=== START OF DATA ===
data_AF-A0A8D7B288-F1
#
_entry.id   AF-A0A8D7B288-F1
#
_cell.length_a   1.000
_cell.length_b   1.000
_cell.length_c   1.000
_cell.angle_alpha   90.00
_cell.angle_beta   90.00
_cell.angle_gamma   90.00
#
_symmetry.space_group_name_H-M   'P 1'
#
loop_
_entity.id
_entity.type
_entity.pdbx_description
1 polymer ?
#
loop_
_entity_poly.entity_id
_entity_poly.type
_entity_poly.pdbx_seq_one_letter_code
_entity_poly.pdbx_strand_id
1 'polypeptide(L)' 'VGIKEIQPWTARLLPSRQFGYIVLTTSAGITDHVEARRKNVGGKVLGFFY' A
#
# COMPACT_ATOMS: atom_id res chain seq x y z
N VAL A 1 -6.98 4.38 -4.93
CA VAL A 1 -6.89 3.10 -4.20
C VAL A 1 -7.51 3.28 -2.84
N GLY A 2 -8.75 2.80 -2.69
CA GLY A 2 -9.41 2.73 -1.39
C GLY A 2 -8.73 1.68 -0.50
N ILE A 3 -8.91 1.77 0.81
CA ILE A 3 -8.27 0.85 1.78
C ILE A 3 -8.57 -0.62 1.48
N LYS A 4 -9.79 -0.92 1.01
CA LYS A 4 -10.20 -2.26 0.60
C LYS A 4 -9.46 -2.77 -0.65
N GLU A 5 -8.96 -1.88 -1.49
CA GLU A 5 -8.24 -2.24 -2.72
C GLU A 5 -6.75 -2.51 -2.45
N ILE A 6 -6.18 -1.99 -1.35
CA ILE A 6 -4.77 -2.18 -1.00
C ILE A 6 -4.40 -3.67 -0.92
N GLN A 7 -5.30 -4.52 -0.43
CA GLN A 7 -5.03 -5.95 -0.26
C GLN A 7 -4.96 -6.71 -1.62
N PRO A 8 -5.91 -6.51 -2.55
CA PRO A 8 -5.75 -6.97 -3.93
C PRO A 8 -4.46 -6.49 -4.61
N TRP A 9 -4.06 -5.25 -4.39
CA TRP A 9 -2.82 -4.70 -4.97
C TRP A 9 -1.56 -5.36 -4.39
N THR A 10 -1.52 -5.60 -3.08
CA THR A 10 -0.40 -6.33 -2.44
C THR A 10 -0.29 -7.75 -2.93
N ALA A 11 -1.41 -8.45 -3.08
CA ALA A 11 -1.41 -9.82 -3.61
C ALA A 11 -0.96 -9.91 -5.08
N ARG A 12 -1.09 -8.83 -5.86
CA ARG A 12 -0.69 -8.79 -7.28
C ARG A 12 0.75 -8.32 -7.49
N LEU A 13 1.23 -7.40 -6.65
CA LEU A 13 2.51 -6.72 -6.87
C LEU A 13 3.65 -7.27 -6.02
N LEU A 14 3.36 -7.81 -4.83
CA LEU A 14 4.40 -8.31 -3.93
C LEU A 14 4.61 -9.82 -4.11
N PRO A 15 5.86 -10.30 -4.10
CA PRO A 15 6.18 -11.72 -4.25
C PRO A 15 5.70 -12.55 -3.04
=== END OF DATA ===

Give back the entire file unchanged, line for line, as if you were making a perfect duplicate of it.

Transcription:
data_AF-A0A8D7B288-F1
#
_entry.id   AF-A0A8D7B288-F1
#
_cell.length_a   1.000
_cell.length_b   1.000
_cell.length_c   1.000
_cell.angle_alpha   90.00
_cell.angle_beta   90.00
_cell.angle_gamma   90.00
#
_symmetry.space_group_name_H-M   'P 1'
#
loop_
_entity.id
_entity.type
_entity.pdbx_description
1 polymer ?
#
loop_
_entity_poly.entity_id
_entity_poly.type
_entity_poly.pdbx_seq_one_letter_code
_entity_poly.pdbx_strand_id
1 'polypeptide(L)' 'VGIKEIQPWTARLLPSRQFGYIVLTTSAGITDHVEARRKNVGGKVLGFFY' A
#
# COMPACT_ATOMS: atom_id res chain seq x y z
N VAL A 1 -6.98 4.38 -4.93
CA VAL A 1 -6.89 3.10 -4.20
C VAL A 1 -7.51 3.28 -2.84
N GLY A 2 -8.75 2.80 -2.69
CA GLY A 2 -9.41 2.73 -1.39
C GLY A 2 -8.73 1.68 -0.50
N ILE A 3 -8.91 1.77 0.81
CA ILE A 3 -8.27 0.85 1.78
C ILE A 3 -8.57 -0.62 1.48
N LYS A 4 -9.79 -0.92 1.01
CA LYS A 4 -10.20 -2.26 0.60
C LYS A 4 -9.46 -2.77 -0.65
N GLU A 5 -8.96 -1.88 -1.49
CA GLU A 5 -8.24 -2.24 -2.72
C GLU A 5 -6.75 -2.51 -2.45
N ILE A 6 -6.18 -1.99 -1.35
CA ILE A 6 -4.77 -2.18 -1.00
C ILE A 6 -4.40 -3.67 -0.92
N GLN A 7 -5.30 -4.52 -0.43
CA GLN A 7 -5.03 -5.95 -0.26
C GLN A 7 -4.96 -6.71 -1.62
N PRO A 8 -5.91 -6.51 -2.55
CA PRO A 8 -5.75 -6.97 -3.93
C PRO A 8 -4.46 -6.49 -4.61
N TRP A 9 -4.06 -5.25 -4.39
CA TRP A 9 -2.82 -4.70 -4.97
C TRP A 9 -1.56 -5.36 -4.39
N THR A 10 -1.52 -5.60 -3.08
CA THR A 10 -0.40 -6.33 -2.44
C THR A 10 -0.29 -7.75 -2.93
N ALA A 11 -1.41 -8.45 -3.08
CA ALA A 11 -1.41 -9.82 -3.61
C ALA A 11 -0.96 -9.91 -5.08
N ARG A 12 -1.09 -8.83 -5.86
CA ARG A 12 -0.69 -8.79 -7.28
C ARG A 12 0.75 -8.32 -7.49
N LEU A 13 1.23 -7.40 -6.65
CA LEU A 13 2.51 -6.72 -6.87
C LEU A 13 3.65 -7.27 -6.02
N LEU A 14 3.36 -7.81 -4.83
CA LEU A 14 4.40 -8.31 -3.93
C LEU A 14 4.61 -9.82 -4.11
N PRO A 15 5.86 -10.30 -4.10
CA PRO A 15 6.18 -11.72 -4.25
C PRO A 15 5.70 -12.55 -3.04